Many will agree, that over the past two years Spain have been, by far the best team in the world and last night proved that. Some may not like the way they play at times, but you can’t really please everybody. So, as the World Cup draws to a close for another four years – Spain have finally lifted the tag of perennial underachievers from around their neck and become the winners of the 2010 World Cup in South Africa.


World Cup final – Preview: Spain vs. Holland

After 63 games over the last four weeks, we have finally made it to the all important one – The World Cup final where Holland ranked fourth in the world; take on current European champions Spain tonight at Soccer City.

‘Tiki-taka’, praise for Spain and criticism from Shearer.

“We have the same idea as each other. Keep the ball, create movement around and off the ball, get in the spaces to cause danger” Xabi Alonso – in one simple sentence really sums up the way the Spanish team play. Everything they do is perfect – smooth, short, sharp, quick and decisive passes or as it is more formally known in Cataluña – tiki-taka.

The coach of beaten semi-finalists and third-placed play-off winners Germany, Jogi Loew was humble in defeat and had nothing but praise for this Spanish side. “Spain are a wonderful team. They are the masters of the game. You can see it in every pass”

Alan Shearer, a man who is not renowned for his analytical skills proclaimed after the game against Slovakia “Dutch – Nothing spectacular. Reliant on the front two or three”. Surely if he was to look back on that quote now he would be embarrassed – it is Shearer, so probably not. Hopefully, he will have some great tactical insight tonight – I wonder will he have done a u-turn in regards to the Dutch?

Shaking off the underachievers tag

Always the bridesmaids and never the bride is an analogy that is true for both teams and while Spain may have shaken off that tag when they won Euro 2008, one of them will be walking down the aisle on tonight to lift that World Cup trophy shaking off the tag of perennial underachievers forever.

Holland have had an extra days rest ahead of tonight’s final, and they will have needed that extra day because, if Spain play the way they have in previous matches in this tournament – dominating possession – then the Dutch could well be chasing the ball for 90 minutes.

Nigel De Jong and Gregory Van der Wiel will likely return to the starting line-up having missed the semi-final victory over Uruguay through suspension. While Spain could very well named an unchanged line-up to the one that beat Germany – it will all depend whether Del Bosque sticks with Pedro or decides to bring Fernando Torres back into the fold.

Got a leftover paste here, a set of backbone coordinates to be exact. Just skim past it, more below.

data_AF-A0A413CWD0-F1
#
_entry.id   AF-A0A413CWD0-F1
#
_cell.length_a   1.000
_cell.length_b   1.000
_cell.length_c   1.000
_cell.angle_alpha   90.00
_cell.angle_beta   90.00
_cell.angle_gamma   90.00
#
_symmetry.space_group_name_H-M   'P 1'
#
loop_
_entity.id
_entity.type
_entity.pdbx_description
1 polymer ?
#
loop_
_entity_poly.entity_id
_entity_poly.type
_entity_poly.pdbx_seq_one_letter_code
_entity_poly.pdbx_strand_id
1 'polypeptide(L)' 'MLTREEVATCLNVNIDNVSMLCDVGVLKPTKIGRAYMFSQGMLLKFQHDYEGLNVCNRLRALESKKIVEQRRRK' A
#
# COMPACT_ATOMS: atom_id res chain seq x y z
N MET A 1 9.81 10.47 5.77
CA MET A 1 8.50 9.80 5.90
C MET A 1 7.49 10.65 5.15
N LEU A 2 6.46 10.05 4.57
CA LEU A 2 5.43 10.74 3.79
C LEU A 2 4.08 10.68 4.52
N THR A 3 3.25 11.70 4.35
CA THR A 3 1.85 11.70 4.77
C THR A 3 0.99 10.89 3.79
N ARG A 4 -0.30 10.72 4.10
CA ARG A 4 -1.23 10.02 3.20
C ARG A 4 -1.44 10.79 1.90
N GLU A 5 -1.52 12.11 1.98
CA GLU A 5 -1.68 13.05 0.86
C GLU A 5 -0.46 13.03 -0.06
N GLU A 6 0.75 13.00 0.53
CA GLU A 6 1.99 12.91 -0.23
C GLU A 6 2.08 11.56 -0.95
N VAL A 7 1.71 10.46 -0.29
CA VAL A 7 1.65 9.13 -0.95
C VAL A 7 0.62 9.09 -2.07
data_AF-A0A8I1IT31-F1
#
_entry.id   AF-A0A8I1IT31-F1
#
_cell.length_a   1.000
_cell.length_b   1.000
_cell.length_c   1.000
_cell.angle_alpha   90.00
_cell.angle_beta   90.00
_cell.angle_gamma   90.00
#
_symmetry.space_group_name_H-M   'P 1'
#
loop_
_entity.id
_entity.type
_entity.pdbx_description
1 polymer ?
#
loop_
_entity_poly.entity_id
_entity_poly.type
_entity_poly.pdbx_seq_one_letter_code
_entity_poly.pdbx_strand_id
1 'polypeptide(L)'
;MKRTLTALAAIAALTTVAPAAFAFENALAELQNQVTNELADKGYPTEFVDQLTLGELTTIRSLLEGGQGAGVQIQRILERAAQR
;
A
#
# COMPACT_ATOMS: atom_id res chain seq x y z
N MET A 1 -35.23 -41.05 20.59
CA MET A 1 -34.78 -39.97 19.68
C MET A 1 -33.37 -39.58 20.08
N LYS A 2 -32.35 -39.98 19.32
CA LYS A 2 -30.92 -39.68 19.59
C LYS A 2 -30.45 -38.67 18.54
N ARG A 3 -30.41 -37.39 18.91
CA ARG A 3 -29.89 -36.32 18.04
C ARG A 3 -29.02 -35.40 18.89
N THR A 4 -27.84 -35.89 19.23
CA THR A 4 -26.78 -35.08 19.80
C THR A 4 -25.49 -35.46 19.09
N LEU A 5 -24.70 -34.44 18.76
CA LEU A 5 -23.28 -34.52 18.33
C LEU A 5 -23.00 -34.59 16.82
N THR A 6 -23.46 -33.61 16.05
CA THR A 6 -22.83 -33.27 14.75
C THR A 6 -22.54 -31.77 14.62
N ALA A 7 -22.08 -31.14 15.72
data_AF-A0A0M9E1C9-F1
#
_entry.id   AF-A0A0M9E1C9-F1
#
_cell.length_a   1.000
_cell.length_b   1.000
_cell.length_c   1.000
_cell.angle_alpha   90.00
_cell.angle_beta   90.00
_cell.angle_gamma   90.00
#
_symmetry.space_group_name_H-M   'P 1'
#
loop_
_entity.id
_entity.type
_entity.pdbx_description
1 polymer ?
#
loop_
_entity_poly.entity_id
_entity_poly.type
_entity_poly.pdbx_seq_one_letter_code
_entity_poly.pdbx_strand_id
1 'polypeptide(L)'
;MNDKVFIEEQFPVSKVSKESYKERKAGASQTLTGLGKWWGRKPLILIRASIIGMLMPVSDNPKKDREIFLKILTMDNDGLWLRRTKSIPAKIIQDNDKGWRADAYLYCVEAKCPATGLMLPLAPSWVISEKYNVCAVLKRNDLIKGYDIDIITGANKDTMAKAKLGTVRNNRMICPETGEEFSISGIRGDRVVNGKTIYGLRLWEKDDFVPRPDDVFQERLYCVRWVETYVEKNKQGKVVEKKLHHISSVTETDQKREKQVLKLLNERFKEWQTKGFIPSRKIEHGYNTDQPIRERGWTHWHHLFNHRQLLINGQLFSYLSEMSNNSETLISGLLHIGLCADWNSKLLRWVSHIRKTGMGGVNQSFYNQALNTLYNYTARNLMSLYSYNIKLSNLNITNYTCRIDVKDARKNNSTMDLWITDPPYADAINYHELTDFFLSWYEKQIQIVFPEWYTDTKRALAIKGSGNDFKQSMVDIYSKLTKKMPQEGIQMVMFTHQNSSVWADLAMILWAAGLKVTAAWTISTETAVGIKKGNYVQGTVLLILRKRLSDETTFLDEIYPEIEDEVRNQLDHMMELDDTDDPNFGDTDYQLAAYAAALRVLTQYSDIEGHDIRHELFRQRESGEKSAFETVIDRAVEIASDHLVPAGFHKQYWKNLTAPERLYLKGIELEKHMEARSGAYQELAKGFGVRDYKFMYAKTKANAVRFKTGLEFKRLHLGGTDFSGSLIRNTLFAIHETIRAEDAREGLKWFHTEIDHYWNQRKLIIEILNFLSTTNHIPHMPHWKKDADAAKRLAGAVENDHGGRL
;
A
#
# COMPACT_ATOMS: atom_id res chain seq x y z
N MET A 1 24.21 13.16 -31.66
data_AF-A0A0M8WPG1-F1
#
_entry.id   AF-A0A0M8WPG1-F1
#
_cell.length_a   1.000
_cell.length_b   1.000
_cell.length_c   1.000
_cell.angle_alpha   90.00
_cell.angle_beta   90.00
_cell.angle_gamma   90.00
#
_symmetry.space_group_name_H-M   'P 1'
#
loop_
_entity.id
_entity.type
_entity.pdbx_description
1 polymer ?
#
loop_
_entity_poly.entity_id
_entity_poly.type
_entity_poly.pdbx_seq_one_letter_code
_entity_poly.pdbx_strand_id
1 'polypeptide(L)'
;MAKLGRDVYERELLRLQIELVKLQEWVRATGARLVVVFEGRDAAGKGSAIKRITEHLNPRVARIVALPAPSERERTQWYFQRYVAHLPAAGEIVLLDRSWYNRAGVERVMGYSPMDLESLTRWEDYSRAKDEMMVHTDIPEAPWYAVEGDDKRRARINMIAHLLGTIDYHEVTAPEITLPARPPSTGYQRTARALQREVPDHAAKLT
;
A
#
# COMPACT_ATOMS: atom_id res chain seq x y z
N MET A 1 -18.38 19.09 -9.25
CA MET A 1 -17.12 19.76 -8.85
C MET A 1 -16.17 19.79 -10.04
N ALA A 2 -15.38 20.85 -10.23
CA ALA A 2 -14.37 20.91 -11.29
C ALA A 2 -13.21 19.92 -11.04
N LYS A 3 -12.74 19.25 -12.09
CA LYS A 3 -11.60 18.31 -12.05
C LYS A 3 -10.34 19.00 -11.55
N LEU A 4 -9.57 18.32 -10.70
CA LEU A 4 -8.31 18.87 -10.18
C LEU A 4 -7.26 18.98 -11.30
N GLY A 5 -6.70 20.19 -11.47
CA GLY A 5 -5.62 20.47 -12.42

Impressive records – history to be made

Holland are already unbeaten in their last 24 games and they have racked up 14 successive wins in both qualifiers and WC games. The Oranje are bidding to become the first side since Brazil in 1970 to win all their qualifying game and triumph in all seven games at the final.

Spain – ‘La Furia Rojas’ record is even more impressive – in their last 54 games they have only been beaten on two occasions, winning 49 and drawing three – one of the defeats being  to Switzerland at the very start of this World Cup and the other a defeat to the USA at last year’s Confederations Cup. In the process they have scored 118 goals, but at this tournament they have scored just seven, while the Dutch have scored 12.

If Spain win the World Cup tonight, they will become only the third side to hold the Euro and World Cup titles at the same time – previously done by Germany in 1972/1974 and France in 1998/2000.

The game against Germany was Spain’s first ever World Cup semi-final, and they overcame that hurdle with flying colours to reach the country’s first ever World Cup final. Holland on the other hand, have reached this stage before – twice. However, this is their first final in 32 years after being beaten in both their two previous finals of 1974 and 1978 – Could this be third time lucky for the Oranje?

Holland are the only unbeaten team right throughout this World Cup apart from New Zealand who bowed out in the group stages after three draws. You could say that the Dutch have already contested their very own World Cup final when they overcame Brazil in the quarter finals coming from behind to salvage a 2-1 victory.

Swansong for van Bronckhorst

Holland’s 35 year old captain – Giovanni van Bronckhorst, who will be winning his 106th cap is hoping that this will be his swansong having announced that he will retire after the final: “The last game in my career and it’s a world cup final, what can you say? It could not be more beautiful.” A beautiful ending to a beautiful game – now that is all that we want.

The (English) officials

No doubt that they ITV commentators will be happy to know that there will be an English presence in the final – Howard Webb and his assistants Darren Cann and Michael Mullarkey who right throughout this World Cup have consistently performed will have the pleasure of officiating on tonight’s final. Webb is the first Englishman since Jack Taylor in 1974 to referee a final. He will also become the first official to oversee both the Champions League final and the World Cup final in the same season.

Whose name will be going on the trophy?

Personally, I have stuck by both sides from the off and have money riding on this game, despite this I am not favouring any one side tonight, so I will be happy no matter who wins. If Spain play the way the play in previous games, in particular the one against Germany then their name will be going on the trophy – likewise with Holland, if they play the way they did against Brazil, it will be theirs.